Open access peer-reviewed chapter

Mental Task Recognition by EEG Signals: A Novel Approach with ROC Analysis

By Takashi Kuremoto, Masanao Obayashi, Shingo Mabu and Kunikazu Kobayashi

Submitted: April 6th 2017Reviewed: October 17th 2017Published: December 20th 2017

DOI: 10.5772/intechopen.71743

Downloaded: 222


Electroencephalogram or electroencephalography (EEG) has been widely used in medical fields and recently in cognitive science and brain-computer interface (BCI) research. To distinguish metal tasks such as reading, calculation, motor imagery, etc., it is generally to extract features of EEG signals by dimensionality reduction methods such as principle component analysis (PCA), linear determinant analysis (LDA), common spatial pattern (CSP), and so on for classifiers, for example, k-nearest neighbor method (kNN), kernel support vector machine (SVM), and artificial neural networks (ANN). In this chapter, a novel approach of feature extraction of EEG signals with receiver operating characteristic (ROC) analysis is introduced.


  • brain-computer interface (BCI)
  • electroencephalogram or electroencephalography (EEG)
  • artificial neural networks (ANN)
  • support vector machine (SVM)
  • receiver operating characteristic (ROC)
  • Fourier transformation (FT)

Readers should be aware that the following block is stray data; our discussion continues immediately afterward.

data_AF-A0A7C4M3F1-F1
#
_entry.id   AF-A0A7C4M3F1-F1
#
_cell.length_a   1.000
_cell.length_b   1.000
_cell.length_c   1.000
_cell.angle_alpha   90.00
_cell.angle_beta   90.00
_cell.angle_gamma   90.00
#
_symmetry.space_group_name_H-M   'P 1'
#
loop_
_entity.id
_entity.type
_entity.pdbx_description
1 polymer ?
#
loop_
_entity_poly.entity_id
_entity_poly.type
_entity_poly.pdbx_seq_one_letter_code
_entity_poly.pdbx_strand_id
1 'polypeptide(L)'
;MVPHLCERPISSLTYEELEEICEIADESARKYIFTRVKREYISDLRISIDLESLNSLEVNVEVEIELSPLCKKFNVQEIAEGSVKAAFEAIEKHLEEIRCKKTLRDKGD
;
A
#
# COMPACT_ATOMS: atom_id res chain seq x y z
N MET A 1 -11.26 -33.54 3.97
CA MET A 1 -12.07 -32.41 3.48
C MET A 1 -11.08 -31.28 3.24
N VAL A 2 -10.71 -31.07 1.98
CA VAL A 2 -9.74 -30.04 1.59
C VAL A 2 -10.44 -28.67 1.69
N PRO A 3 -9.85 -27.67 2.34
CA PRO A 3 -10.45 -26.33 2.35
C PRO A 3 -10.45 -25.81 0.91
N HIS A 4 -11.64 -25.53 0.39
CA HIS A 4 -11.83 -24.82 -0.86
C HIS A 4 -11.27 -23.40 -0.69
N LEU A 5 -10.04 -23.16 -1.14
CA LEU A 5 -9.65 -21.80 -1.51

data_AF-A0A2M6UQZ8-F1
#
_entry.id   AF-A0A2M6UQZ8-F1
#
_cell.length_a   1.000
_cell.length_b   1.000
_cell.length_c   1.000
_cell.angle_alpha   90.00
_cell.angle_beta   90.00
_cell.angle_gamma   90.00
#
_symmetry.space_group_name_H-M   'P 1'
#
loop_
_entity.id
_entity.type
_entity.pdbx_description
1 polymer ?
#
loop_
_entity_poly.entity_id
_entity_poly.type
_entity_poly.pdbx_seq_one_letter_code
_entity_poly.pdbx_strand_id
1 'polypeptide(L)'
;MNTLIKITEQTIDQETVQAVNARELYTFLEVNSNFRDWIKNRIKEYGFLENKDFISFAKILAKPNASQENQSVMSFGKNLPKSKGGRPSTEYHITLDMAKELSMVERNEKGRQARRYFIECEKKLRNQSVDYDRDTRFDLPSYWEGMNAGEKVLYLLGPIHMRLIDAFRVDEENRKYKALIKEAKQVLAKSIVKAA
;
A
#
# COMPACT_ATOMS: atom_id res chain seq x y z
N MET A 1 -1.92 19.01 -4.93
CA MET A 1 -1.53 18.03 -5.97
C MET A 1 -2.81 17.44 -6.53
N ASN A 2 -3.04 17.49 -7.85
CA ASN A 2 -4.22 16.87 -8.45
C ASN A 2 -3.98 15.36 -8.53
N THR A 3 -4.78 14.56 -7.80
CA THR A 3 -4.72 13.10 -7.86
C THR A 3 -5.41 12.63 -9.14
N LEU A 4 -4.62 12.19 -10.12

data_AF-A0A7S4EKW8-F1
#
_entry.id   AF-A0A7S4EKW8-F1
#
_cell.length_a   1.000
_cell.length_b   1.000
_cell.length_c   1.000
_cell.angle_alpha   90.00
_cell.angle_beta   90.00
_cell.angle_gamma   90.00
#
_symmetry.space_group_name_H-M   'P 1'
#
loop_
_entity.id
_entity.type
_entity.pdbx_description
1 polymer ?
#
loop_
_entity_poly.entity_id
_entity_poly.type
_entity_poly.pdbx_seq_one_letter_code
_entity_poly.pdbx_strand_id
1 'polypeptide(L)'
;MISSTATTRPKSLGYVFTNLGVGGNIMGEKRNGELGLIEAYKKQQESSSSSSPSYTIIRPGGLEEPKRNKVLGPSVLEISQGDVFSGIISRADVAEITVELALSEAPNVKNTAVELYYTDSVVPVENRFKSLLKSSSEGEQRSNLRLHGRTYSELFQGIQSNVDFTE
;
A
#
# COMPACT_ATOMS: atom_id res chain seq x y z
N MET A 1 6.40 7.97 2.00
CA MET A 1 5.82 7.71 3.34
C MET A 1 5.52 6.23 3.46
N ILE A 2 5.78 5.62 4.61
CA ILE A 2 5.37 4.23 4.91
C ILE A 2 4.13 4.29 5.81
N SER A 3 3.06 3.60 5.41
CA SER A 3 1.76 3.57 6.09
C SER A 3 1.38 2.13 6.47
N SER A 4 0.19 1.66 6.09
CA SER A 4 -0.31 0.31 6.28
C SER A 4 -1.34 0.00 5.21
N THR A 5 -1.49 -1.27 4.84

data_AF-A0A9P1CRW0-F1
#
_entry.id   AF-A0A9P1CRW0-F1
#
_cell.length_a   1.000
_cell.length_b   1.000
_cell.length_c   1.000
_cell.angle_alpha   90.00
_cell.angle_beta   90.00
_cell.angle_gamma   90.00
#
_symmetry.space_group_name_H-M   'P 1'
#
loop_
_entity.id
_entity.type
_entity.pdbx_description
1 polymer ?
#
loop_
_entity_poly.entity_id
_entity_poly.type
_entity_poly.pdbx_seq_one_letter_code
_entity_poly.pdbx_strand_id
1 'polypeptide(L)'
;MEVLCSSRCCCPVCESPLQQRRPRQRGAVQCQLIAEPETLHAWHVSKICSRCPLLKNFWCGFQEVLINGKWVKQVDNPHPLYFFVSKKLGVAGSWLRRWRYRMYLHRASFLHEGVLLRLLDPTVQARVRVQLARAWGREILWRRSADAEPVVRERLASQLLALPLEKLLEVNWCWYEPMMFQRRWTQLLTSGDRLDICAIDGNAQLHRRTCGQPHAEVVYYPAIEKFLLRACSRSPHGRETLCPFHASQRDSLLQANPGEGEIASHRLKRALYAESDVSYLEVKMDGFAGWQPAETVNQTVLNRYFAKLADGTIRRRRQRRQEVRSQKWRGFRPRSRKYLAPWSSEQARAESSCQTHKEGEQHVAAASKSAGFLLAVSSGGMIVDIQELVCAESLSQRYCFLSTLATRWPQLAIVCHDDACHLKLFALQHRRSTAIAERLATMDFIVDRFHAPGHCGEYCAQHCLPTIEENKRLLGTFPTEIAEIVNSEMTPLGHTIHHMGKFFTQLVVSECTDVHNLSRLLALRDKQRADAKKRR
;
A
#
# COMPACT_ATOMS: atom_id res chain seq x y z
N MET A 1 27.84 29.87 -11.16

1. Introduction

The electrical activity of the brain can be measured by electrodes placed on the scalp and the observed signal is called electroencephalogram or electroencephalography (EEG). EEG is also called “brain wave” and it has been widely used in clinical diagnose of brain disease since the early time of last century [1].

Different mental tasks yield EEG signals in different patterns in the different observation values. For example, in the case of human brain, the resting state (relax state), the most prominent power spectra are 8–15 Hz EEG signals (so-called “alpha-wave”) observed in posterior sites, meanwhile, 16–31 Hz signals (beta-wave) appears in the mental tasks such as active thinking, high alert, anxious, etc. Gamma-wave, EEG with higher than 32 Hz, displays during cross-modal sensory processing such as combining the stimuli of visual and auditory. On the other hand, the location of electrodes on scalp records different EEG signals spatially, and they are called EEG signals in different “channels”. The allocation of electrodes is usually with the international 10–20 system. The name of 10–20 system comes from those adjacent electrodes that are allocated in distances of 10 or 20% of the total front-back or right-left of skull. More channels, more spatial features, may result in higher recognition rate of mental tasks. On the other hand, few channels give lower computational cost in the EEG classification systems.

In last decades, EEG has been utilized in the field of the brain-computer interface (BCI) for its ability of the mental task recognition [2, 3, 4, 5, 6]. Mental tasks indicate the state of activity of the brain with some specific tasks. For example, imagining writing a letter, counting, calculating, or raising a hand, a leg, etc. There are many classifiers for EEG recognition that have been proposed such as linear discriminant analysis (LDA), support vector machine (SVM), artificial neural networks (ANN), fuzzy inference systems, Bayesian graphical network (BGN), and so on. However, for the reasons of the complex nature of EEG signals, for example, noise and outliers, nonstationarity, high dimensionality, individual difference, etc., the pattern recognition (classification) problem of EEG signals is still a high hurdle for BCI realization.